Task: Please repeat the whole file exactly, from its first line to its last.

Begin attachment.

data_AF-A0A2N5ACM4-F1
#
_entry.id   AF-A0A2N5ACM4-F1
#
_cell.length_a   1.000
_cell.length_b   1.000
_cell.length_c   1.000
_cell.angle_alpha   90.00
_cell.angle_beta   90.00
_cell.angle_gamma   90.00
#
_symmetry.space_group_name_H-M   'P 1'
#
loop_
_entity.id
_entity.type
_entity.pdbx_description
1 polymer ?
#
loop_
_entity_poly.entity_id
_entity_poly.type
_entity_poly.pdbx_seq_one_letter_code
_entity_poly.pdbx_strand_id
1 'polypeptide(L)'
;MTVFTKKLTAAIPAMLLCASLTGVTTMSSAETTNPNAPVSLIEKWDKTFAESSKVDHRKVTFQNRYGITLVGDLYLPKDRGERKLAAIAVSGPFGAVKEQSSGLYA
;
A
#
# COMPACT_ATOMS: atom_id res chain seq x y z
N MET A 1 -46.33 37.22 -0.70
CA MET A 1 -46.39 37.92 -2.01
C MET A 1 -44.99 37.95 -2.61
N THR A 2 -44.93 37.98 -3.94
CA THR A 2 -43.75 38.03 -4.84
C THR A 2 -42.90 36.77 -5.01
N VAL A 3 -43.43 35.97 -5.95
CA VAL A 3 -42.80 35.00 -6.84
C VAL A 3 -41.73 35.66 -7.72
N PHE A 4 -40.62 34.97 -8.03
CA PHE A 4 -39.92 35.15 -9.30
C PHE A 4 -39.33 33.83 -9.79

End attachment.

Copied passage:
data_AF-A0A2N5ACM4-F1
#
_entry.id   AF-A0A2N5ACM4-F1
#
_cell.length_a   1.000
_cell.length_b   1.000
_cell.length_c   1.000
_cell.angle_alpha   90.00
_cell.angle_beta   90.00
_cell.angle_gamma   90.00
#
_symmetry.space_group_name_H-M   'P 1'
#
loop_
_entity.id
_entity.type
_entity.pdbx_description
1 polymer ?
#
loop_
_entity_poly.entity_id
_entity_poly.type
_entity_poly.pdbx_seq_one_letter_code
_entity_poly.pdbx_strand_id
1 'polypeptide(L)'
;MTVFTKKLTAAIPAMLLCASLTGVTTMSSAETTNPNAPVSLIEKWDKTFAESSKVDHRKVTFQNRYGITLVGDLYLPKDRGERKLAAIAVSGPFGAVKEQSSGLYA
;
A
#
# COMPACT_ATOMS: atom_id res chain seq x y z
N MET A 1 -46.33 37.22 -0.70
CA MET A 1 -46.39 37.92 -2.01
C MET A 1 -44.99 37.95 -2.61
N THR A 2 -44.93 37.98 -3.94
CA THR A 2 -43.75 38.03 -4.84
C THR A 2 -42.90 36.77 -5.01
N VAL A 3 -43.43 35.97 -5.95
CA VAL A 3 -42.80 35.00 -6.84
C VAL A 3 -41.73 35.66 -7.72
N PHE A 4 -40.62 34.97 -8.03
CA PHE A 4 -39.92 35.15 -9.30
C PHE A 4 -39.33 33.83 -9.79